Coral Restoration Foundation credits aquarists for conservation success
"I really want everybody to know that this is the aquarium community that started this." - Ken Nedimyer
From five corals that settled on their rock in 1996, CRF has successfully grown over 20,000 corals for transplantation to reefs in need. In John Carlin's "fincast," Ken Nedimyer describes the contributions of aquarists and the aquarium industry to CRF's conservation efforts, which include captive propagation techniques, financial support, contributing time for dives, and raising public awareness.
should be at the top of the list for anyone searching for a NGO to support. You will not only be supporting an organization doing effective conservation work but also an organization that has deep roots in the aquarium hobby. Visit The Coral Restoration FoundationCRF's website to learn how you can help.
And to those who perpetuate the myth that the aquarium industry does not care about conservation, take notice. Instead of demonizing a hobby that shares the same desire for conservation, try working with us (and science) for the betterment of reefs everywhere.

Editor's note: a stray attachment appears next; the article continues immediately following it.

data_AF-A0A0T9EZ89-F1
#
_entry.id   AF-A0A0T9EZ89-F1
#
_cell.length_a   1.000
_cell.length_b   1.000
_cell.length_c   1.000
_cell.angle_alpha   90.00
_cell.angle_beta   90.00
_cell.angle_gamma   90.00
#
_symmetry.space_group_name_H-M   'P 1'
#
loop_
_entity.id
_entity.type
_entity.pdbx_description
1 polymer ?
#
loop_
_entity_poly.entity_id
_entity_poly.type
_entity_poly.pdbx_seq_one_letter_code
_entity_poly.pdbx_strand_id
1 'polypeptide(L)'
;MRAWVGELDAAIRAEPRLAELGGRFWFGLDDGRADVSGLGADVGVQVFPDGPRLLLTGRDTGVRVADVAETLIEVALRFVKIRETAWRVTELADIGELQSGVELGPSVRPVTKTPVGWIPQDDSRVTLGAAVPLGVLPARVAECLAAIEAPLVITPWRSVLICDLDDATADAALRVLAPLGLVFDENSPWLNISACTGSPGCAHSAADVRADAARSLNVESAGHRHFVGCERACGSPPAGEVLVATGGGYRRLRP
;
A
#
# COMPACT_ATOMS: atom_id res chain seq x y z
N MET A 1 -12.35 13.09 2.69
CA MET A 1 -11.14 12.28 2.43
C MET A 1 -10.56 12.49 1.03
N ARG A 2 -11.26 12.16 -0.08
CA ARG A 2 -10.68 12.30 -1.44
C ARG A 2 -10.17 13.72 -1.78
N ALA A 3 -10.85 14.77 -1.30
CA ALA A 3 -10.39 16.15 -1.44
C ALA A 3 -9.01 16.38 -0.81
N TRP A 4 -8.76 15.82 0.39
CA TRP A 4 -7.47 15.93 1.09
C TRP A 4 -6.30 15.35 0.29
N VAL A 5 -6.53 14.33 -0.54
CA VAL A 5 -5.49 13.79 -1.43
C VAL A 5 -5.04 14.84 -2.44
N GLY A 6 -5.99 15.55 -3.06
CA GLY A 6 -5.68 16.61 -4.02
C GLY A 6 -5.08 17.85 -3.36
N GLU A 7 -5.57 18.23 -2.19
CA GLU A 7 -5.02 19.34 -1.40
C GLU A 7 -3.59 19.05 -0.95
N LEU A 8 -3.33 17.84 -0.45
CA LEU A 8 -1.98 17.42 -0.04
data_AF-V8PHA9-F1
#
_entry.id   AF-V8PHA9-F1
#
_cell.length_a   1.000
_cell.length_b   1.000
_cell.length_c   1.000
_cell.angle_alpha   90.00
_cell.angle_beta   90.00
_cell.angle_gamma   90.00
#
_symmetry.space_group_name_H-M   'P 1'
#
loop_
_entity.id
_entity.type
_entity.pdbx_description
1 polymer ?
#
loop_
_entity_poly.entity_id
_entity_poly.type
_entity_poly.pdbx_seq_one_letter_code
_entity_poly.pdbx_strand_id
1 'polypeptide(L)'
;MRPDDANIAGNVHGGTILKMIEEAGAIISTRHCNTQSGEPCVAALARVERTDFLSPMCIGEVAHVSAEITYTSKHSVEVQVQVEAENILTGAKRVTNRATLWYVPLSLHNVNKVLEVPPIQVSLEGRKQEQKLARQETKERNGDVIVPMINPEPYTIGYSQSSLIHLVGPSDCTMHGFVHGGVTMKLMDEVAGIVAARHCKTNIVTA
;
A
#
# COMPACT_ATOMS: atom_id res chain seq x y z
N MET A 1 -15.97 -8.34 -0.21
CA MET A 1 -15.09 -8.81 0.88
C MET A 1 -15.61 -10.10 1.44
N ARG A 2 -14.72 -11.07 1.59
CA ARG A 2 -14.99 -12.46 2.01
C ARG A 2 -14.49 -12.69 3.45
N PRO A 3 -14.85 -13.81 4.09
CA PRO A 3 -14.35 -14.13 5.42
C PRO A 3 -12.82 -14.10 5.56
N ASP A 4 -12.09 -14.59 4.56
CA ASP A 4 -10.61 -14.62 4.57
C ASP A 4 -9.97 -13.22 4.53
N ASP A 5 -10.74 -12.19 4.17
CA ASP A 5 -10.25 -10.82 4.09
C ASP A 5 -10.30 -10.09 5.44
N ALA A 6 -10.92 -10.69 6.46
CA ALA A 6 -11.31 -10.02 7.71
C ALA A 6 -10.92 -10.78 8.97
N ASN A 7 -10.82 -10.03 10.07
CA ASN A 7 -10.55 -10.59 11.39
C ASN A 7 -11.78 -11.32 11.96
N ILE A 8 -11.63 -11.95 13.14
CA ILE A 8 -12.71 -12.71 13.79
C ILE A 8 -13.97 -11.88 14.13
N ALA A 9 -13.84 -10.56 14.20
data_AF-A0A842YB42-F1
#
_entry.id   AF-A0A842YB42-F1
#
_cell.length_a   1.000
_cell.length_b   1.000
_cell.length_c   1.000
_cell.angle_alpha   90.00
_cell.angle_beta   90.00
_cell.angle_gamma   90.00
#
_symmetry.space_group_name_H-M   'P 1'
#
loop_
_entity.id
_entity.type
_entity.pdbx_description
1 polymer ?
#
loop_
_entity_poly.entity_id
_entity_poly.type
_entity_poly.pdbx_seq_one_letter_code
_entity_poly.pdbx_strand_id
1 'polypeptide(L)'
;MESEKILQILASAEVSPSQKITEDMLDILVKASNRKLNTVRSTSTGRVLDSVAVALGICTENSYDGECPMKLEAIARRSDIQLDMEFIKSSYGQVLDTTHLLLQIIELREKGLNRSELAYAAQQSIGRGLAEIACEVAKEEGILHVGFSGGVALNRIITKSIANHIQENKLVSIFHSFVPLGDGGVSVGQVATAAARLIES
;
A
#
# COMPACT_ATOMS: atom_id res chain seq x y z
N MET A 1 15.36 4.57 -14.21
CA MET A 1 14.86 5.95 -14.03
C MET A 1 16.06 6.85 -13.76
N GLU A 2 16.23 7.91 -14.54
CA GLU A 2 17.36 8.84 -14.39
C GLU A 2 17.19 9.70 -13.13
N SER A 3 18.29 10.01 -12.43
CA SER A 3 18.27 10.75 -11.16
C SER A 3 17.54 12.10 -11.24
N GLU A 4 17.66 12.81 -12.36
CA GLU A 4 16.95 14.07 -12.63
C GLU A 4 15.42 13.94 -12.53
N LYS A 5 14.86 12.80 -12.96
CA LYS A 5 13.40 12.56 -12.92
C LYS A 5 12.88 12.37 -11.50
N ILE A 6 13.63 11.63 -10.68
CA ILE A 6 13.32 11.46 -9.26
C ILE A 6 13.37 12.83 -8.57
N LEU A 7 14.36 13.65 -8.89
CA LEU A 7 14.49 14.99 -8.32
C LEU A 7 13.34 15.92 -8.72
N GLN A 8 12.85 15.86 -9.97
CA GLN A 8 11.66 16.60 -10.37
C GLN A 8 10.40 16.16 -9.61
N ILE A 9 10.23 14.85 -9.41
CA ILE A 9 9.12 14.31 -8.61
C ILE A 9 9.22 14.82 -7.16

About The Coral Restoration Foundation:
The Coral Restoration Foundation Inc (CRF) is a 501 c (3) non-profit conservation organization created
to develop off-shore coral nurseries and reef restoration programs for critically endangered coral reefs at local, national, and international levels. The mission of CRF is to develop affordable, effective strategies for protecting and restoring coral reefs and to train and empower others to implement those strategies in their coastal communities.
Since inception, CRF has pioneered novel offshore coral nursery and restoration techniques, and has collaborated closely with other organizations to further develop strategies and methods with threatened
species of corals. We are driven by action and results, and firmly believe that by directly incorporating the community into environmental field programs and daily operations we can significantly improve the success of restoring and preserving these aquatic treasures for current and future generations.
• Education: To expand interested communities’ knowledge and awareness of the social and environmental benefits of coral reefs, as well as various issues influencing coral survival.
• Partnerships: To facilitate and encourage partnerships for the purpose of research, restoration, and
understanding of coastal resources and coral reefs.
• Public Participation: To reach and engage various user groups into supervised community–based
programs for restoration, that will lead to longterm community stewardship of coral reefs.
• Restoration: To restore coral reef ecosystem services by replanting structure building corals and to
utilize reef restoration to unite our goals education, partnerships, and public participation into action.